Butyrate Disk Test: Principle, Procedure, Results, Uses

Last updated on June 23rd, 2021

The butyrate disk test is a rapid test for the detection of the enzyme butyrate esterase. When used in conjunction with characteristic morphology on a blood agar plate, typical Gram stain, and a positive oxidase test, the butyrate test is useful for the definitive identification of Moraxella (Branhamella) catarrhalis.

Suspected bacterial colonies are applied on the filter paper disk impregnated with bromo-chloro-indolyl butyrate (butyrate esterase substrate) and are examined for the presence of a blue color.


Hydrolysis of bromo-chloro-indolyl butyrate impregnated in the disks by the enzyme, butyrate esterase releases indoxyl, which in the presence of oxygen spontaneously forms indigo, a chromogenic compound that appears blue to blue-violet. If the filter paper disk is blue in color, the organism is identified as M. catarrhalis If the disk is colorless (white), the butyrate esterase reaction is recorded as negative.

4-methylumbelliferyl butyrate (MUB) can also be used as a substrate. Hydrolysis of the MUB produces a fluorescent compound visible under UV light.

Test Organism

Gram-negative, oxidase-positive diplococci growing on blood agar as white colonies that remain together when lifted with a loop or wire.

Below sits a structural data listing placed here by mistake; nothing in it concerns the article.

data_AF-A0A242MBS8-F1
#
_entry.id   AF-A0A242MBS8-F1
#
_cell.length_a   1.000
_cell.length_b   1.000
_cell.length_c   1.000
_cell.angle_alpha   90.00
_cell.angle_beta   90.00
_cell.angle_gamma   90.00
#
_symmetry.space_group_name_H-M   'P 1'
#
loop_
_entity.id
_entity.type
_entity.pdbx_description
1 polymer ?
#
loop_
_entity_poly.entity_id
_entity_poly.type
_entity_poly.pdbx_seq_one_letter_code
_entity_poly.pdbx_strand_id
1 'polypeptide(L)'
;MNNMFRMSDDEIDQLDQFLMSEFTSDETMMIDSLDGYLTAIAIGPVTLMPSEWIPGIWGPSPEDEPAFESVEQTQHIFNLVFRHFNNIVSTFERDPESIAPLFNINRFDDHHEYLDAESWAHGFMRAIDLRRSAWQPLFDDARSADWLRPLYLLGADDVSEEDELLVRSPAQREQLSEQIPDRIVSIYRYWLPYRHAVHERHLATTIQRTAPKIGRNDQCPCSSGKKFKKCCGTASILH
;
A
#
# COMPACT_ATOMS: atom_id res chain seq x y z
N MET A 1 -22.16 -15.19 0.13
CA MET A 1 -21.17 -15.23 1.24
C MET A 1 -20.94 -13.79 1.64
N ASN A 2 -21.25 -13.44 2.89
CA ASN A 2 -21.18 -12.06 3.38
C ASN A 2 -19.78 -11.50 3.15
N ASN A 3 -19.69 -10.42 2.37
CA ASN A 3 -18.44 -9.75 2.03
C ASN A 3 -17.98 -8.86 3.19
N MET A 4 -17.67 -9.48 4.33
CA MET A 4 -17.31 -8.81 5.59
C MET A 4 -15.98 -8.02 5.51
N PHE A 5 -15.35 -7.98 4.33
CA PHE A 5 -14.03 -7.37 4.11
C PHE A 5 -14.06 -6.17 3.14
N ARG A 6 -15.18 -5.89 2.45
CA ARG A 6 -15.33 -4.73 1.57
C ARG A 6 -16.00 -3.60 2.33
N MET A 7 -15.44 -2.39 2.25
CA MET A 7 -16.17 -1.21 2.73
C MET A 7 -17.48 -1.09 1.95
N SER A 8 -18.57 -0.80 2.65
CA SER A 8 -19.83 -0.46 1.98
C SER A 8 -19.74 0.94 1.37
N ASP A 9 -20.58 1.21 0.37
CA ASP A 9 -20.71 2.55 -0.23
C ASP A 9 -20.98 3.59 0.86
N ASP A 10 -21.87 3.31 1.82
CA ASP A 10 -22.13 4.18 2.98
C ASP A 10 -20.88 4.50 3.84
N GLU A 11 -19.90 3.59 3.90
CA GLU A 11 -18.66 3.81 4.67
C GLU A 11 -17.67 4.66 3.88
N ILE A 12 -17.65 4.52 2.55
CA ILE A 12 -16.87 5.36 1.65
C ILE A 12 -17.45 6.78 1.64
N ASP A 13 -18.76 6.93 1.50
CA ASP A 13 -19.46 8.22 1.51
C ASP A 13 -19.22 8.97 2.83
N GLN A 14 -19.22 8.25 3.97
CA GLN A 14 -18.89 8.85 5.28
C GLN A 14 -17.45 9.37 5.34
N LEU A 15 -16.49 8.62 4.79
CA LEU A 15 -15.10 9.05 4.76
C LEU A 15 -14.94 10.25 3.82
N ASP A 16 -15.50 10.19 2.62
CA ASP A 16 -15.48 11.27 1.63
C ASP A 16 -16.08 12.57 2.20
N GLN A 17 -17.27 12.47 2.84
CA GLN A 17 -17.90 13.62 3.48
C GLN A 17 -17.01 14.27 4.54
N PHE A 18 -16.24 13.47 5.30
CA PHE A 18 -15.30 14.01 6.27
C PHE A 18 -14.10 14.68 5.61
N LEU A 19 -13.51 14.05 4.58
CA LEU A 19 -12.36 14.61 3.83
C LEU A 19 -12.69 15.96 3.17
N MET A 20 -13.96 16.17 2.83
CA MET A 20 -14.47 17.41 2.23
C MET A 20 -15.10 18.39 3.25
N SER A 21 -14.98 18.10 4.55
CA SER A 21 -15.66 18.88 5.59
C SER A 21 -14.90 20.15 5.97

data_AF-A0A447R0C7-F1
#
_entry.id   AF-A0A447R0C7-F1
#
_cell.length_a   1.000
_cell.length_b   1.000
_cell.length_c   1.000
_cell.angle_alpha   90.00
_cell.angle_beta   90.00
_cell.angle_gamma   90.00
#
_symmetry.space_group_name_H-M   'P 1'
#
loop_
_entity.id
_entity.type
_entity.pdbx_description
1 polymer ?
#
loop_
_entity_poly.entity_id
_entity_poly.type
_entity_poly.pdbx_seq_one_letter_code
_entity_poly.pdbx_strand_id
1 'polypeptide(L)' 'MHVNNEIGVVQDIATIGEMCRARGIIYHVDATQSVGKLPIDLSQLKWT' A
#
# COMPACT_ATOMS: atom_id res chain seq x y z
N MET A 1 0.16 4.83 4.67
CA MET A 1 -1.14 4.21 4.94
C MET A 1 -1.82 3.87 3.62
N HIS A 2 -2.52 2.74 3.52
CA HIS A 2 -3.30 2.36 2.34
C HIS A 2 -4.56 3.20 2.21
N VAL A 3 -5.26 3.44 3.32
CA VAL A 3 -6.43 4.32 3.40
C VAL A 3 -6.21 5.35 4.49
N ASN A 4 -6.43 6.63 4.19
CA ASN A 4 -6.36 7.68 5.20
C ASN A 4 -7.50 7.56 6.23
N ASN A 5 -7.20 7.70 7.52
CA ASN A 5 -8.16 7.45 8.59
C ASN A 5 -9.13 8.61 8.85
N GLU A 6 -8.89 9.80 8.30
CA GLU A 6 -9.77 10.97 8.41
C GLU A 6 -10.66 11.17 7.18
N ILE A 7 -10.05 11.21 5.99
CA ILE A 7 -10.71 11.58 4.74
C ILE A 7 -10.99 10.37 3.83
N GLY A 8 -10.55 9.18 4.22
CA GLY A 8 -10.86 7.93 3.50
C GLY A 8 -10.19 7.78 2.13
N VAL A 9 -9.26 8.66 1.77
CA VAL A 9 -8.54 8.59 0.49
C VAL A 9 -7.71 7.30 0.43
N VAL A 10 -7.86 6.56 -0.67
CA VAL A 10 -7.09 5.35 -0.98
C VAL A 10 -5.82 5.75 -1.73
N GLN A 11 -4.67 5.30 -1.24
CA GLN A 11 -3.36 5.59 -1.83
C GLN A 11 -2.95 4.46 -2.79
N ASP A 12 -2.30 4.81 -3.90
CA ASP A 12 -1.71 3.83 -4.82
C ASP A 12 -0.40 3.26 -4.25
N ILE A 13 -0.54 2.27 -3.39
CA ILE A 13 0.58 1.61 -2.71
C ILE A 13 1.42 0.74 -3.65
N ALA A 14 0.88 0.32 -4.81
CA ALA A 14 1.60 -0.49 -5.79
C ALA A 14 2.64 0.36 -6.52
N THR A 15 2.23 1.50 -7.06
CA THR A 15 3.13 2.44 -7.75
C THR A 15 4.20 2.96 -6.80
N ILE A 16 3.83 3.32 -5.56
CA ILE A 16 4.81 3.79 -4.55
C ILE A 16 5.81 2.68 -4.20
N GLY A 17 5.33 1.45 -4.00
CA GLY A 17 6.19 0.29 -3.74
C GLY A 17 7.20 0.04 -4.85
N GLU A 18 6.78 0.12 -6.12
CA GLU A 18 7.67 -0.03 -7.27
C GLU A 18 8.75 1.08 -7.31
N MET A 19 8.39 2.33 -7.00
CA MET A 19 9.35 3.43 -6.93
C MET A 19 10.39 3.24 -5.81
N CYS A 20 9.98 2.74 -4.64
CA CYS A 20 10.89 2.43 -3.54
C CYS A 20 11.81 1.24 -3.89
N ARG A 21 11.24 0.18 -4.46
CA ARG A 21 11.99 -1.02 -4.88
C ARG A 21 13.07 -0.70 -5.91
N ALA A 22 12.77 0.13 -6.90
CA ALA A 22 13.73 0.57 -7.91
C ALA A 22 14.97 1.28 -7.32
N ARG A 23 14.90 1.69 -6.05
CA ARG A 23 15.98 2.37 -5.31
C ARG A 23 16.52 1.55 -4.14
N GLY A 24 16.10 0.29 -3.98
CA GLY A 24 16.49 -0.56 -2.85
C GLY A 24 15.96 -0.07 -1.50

• Butyrate disk test helps to identify Moraxella catarrhalis.
  • Butyrate disk test helps to differentiate Neisseria gonorrhoeae (negative) and Moraxella catarrhalis (positive), both are oxidase-positive, Gram-negative diplococci.

Procedure of Butyrate Disk Test

  1. Remove a disk from the vial and place it on a glass microscope slide
  2. Add 1 drop of reagent-grade water. This should leave a slight excess of water on the disk.
  3. Using a wooden applicator stick, rub a small amount of several colonies of oxidase-positive, Gram-negative diplococci from an 18 to 24 hour pure culture on to the disk.
  4. Incubate at room temperature for up to 5 minutes.
Butyrate disk test
Butyrate disk test A, Positive test. B. Negative test

Expected results:

  1. Positive: Development of blue color or fluorescence (if MUB is used as a substrate) during 5 minute incubation period.
  2. Negative: No color change

Quality control:

  • Discard disks if they do not appear white with no visible color.
  • Perform quality control on each new lot and shipment of disks or MUB reagents prior to using them.
  • Organism:
    • Moraxella catarrhalis ATCC 25240: butyrate positive
    • Neisseria gonorrhoeae ATCC 43069: butyrate negative

References and further readings

  1. Clinical Microbiology Procedures Handbook, Fourth Edition. (2016). American Society of Microbiology. https://doi.org/10.1128/9781555818814
About Acharya Tankeshwar 474 Articles
Hello, thank you for visiting my blog. I am Tankeshwar Acharya. Blogging is my passion. I am working as an Asst. Professor and Microbiologist at Department of Microbiology and Immunology, Patan Academy of Health Sciences, Nepal. If you want me to write about any posts that you found confusing/difficult, please mention in the comments below.

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